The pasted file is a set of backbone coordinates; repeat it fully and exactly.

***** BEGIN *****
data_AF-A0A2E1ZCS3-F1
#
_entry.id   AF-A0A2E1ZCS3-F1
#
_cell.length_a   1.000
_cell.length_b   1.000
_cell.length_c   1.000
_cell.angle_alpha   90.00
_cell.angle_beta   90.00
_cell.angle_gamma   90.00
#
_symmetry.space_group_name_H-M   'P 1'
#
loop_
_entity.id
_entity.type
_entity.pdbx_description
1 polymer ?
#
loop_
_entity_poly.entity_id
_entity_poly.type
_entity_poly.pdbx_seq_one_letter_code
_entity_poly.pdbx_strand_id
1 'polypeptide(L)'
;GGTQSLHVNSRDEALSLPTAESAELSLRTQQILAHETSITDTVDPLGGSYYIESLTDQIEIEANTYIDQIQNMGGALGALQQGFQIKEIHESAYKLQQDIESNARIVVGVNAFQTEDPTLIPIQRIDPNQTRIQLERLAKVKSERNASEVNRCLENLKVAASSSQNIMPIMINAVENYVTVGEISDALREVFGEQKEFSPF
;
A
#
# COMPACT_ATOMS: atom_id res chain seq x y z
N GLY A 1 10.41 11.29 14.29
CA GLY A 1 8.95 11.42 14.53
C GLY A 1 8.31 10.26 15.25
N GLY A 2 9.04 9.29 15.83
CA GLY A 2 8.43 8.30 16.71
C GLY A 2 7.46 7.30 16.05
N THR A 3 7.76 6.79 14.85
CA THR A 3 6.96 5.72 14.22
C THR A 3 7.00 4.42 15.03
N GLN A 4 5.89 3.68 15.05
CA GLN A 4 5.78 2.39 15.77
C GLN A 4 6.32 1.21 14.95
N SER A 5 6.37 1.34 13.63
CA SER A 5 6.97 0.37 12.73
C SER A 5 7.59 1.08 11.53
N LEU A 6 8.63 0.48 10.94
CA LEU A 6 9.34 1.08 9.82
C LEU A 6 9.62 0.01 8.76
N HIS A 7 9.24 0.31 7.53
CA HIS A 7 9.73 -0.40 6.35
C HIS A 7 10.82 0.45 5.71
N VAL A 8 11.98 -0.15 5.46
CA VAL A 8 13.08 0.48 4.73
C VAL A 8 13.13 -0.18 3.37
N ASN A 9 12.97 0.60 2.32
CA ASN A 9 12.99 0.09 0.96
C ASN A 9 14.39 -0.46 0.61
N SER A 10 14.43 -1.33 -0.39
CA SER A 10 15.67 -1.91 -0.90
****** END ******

data_AF-A0A2E1ZCS3-F1
#
_entry.id   AF-A0A2E1ZCS3-F1
#
_cell.length_a   1.000
_cell.length_b   1.000
_cell.length_c   1.000
_cell.angle_alpha   90.00
_cell.angle_beta   90.00
_cell.angle_gamma   90.00
#
_symmetry.space_group_name_H-M   'P 1'
#
loop_
_entity.id
_entity.type
_entity.pdbx_description
1 polymer ?
#
loop_
_entity_poly.entity_id
_entity_poly.type
_entity_poly.pdbx_seq_one_letter_code
_entity_poly.pdbx_strand_id
1 'polypeptide(L)'
;GGTQSLHVNSRDEALSLPTAESAELSLRTQQILAHETSITDTVDPLGGSYYIESLTDQIEIEANTYIDQIQNMGGALGALQQGFQIKEIHESAYKLQQDIESNARIVVGVNAFQTEDPTLIPIQRIDPNQTRIQLERLAKVKSERNASEVNRCLENLKVAASSSQNIMPIMINAVENYVTVGEISDALREVFGEQKEFSPF
;
A
#
# COMPACT_ATOMS: atom_id res chain seq x y z
N GLY A 1 10.41 11.29 14.29
CA GLY A 1 8.95 11.42 14.53
C GLY A 1 8.31 10.26 15.25
N GLY A 2 9.04 9.29 15.83
CA GLY A 2 8.43 8.30 16.71
C GLY A 2 7.46 7.30 16.05
N THR A 3 7.76 6.79 14.85
CA THR A 3 6.96 5.72 14.22
C THR A 3 7.00 4.42 15.03
N GLN A 4 5.89 3.68 15.05
CA GLN A 4 5.78 2.39 15.77
C GLN A 4 6.32 1.21 14.95
N SER A 5 6.37 1.34 13.63
CA SER A 5 6.97 0.37 12.73
C SER A 5 7.59 1.08 11.53
N LEU A 6 8.63 0.48 10.94
CA LEU A 6 9.34 1.08 9.82
C LEU A 6 9.62 0.01 8.76
N HIS A 7 9.24 0.31 7.53
CA HIS A 7 9.73 -0.40 6.35
C HIS A 7 10.82 0.45 5.71
N VAL A 8 11.98 -0.15 5.46
CA VAL A 8 13.08 0.48 4.73
C VAL A 8 13.13 -0.18 3.37
N ASN A 9 12.97 0.60 2.32
CA ASN A 9 12.99 0.09 0.96
C ASN A 9 14.39 -0.46 0.61
N SER A 10 14.43 -1.33 -0.39
CA SER A 10 15.67 -1.91 -0.90